By NASJE President Janice Calvi-Ruimerman. For my first letter from the president, I feel it is important to negate a common misconception about our organization. I heard most recently someone describing me as, “she no longer does judicial education.” Interesting, I thought, then what do I do?
On July 20, 2012, one of the deadliest mass shootings occurred at the Century 16 movie theatre in Aurora, CO. Twelve were killed and 70 were injured in what was then the shooting incident with the largest number of casualties in U.S. history. The subsequent trial proceedings were broadcast not only nationally, but internationally, and received pervasive media coverage.
In the Colorado Court Services training unit, new trainers undergo “Training Boot Camp” to learn and master training delivery skills and methodologies. From there, they graduate to “Special Ops,” where they continue to refine their development techniques, as well as identify new approaches, with their fellow specialists.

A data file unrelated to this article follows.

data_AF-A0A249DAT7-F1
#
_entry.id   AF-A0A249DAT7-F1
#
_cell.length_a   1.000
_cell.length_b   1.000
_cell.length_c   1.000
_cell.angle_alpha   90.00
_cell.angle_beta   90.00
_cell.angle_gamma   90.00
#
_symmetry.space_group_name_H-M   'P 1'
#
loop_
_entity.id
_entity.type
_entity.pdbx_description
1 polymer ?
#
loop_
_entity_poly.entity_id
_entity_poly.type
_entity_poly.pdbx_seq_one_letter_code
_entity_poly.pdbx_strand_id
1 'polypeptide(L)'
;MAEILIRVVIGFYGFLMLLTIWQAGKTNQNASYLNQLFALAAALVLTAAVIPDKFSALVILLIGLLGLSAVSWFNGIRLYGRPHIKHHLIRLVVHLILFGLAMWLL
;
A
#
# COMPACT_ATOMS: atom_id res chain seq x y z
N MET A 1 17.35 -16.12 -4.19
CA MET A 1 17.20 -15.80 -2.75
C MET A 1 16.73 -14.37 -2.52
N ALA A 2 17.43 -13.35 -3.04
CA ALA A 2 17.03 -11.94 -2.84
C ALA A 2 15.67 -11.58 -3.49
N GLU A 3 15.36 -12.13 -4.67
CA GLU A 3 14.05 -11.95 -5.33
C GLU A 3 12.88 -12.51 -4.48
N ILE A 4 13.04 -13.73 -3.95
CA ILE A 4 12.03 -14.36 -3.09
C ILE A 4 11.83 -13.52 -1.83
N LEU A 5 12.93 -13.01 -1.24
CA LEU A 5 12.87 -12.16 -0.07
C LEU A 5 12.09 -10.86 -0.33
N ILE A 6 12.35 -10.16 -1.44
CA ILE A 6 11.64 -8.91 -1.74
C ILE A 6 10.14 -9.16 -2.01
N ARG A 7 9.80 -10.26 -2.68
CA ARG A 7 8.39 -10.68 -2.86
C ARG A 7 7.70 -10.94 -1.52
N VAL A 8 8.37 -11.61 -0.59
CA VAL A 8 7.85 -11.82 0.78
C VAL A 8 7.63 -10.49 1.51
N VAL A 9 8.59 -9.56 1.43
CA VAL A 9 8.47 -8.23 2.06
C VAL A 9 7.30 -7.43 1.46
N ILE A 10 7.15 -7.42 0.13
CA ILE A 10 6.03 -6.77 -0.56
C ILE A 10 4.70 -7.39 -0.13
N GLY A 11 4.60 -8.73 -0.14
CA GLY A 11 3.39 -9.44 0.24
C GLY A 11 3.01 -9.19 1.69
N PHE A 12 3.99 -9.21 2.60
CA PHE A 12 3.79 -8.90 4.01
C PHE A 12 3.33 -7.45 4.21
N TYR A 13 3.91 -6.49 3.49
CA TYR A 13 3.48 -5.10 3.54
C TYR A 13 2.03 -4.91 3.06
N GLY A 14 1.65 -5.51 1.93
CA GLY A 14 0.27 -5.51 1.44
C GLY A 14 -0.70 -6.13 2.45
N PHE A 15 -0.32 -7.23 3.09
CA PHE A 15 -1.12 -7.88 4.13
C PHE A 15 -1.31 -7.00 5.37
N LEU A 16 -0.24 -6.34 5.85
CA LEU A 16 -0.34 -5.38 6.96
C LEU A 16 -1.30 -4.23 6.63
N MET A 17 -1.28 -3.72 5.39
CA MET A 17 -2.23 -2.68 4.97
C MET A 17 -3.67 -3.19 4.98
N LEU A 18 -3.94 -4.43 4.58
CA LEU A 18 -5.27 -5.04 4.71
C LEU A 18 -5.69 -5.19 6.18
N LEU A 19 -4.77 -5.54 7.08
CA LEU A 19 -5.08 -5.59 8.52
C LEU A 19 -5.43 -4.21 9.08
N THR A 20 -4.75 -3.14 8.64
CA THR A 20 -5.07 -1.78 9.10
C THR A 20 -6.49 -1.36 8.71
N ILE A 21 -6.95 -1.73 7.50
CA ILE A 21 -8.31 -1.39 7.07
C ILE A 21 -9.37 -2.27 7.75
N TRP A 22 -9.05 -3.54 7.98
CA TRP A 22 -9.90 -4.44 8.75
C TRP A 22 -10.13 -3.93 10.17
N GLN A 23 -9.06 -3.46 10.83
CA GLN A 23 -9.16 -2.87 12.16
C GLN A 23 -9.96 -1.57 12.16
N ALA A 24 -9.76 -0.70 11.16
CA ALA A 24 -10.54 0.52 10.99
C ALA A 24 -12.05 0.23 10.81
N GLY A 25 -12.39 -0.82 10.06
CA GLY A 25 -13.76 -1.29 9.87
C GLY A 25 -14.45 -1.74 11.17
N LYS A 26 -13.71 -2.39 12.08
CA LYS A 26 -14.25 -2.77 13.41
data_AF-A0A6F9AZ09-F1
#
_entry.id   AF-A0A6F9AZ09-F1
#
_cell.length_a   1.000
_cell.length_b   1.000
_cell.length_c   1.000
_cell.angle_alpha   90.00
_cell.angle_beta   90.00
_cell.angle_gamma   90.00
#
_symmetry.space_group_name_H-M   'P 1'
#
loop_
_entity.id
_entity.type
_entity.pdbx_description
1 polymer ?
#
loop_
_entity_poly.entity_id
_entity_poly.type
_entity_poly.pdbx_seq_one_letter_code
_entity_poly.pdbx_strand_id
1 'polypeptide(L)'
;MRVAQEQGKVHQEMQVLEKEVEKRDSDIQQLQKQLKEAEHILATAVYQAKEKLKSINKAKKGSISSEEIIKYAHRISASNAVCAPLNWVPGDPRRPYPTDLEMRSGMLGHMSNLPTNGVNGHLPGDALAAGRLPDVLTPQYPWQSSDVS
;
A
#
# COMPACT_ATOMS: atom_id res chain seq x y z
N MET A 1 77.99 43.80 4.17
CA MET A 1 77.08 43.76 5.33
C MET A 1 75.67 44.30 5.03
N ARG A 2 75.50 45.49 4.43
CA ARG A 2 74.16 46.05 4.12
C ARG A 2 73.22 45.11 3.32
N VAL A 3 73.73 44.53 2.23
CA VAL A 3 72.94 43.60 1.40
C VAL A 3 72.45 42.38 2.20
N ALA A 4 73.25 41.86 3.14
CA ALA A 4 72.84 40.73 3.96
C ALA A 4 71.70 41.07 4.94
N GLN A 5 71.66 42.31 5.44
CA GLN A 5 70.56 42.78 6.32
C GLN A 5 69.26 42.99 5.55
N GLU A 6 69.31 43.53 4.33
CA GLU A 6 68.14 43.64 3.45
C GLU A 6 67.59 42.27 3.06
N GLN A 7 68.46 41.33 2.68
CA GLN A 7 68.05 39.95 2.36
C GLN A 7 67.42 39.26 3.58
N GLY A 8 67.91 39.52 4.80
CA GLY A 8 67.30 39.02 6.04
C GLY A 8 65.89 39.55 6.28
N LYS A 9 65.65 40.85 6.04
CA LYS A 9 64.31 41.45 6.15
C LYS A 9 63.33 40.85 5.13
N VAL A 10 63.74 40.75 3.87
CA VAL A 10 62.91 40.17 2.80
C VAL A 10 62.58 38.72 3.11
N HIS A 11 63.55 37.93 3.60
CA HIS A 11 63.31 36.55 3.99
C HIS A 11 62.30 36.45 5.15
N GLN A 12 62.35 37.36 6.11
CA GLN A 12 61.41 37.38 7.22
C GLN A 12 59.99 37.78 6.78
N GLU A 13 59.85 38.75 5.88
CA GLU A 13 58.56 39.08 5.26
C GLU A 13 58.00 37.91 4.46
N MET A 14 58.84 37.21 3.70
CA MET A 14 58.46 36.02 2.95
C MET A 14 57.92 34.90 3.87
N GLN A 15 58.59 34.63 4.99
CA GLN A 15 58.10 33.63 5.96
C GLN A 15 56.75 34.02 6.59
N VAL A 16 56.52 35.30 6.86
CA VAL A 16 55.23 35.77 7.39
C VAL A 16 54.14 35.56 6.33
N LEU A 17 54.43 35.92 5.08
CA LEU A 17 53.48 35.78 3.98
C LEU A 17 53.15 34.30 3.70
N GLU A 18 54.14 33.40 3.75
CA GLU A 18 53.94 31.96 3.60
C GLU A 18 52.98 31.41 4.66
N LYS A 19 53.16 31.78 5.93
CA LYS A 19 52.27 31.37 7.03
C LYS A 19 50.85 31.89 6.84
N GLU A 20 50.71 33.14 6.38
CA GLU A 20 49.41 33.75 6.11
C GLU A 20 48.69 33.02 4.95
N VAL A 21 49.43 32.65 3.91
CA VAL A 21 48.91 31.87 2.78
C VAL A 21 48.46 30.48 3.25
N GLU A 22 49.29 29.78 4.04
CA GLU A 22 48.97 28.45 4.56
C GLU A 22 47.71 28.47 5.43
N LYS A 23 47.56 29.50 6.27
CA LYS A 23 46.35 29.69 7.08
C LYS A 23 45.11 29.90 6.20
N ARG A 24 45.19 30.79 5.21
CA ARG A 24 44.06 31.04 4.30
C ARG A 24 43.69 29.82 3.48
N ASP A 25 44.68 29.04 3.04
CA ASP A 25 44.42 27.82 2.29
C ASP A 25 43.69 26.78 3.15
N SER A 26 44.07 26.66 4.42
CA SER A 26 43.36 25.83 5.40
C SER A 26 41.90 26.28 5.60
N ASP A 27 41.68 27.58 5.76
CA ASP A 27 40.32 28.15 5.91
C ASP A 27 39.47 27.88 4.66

Walking into a conference as a new member can be intimidating, so the Membership and Mentor Committee wants to take a little of that fear away by offering new members or first-time attendees a conference buddy for the 2019 Annual Conference in Denver.
Performance coaching, executive coaching, skills coaching, life coaching. What do courts need in the realm of coaching, and why should judicial educators consider adding coaching to their courts’ repertoire of training? In their session, “A Coach Approach: Sustainable Change for Judicial Branch Leadership,” NASJE members Leslie Gross and Nancy Smith will make the case for implementing a coach approach for court leaders involved in personnel management and other leadership arenas. Smith and Gross are trainers, coaches, and owners of Sustainable Change Coaching, which they founded this year in the hopes of helping court leaders become better people managers and leaders.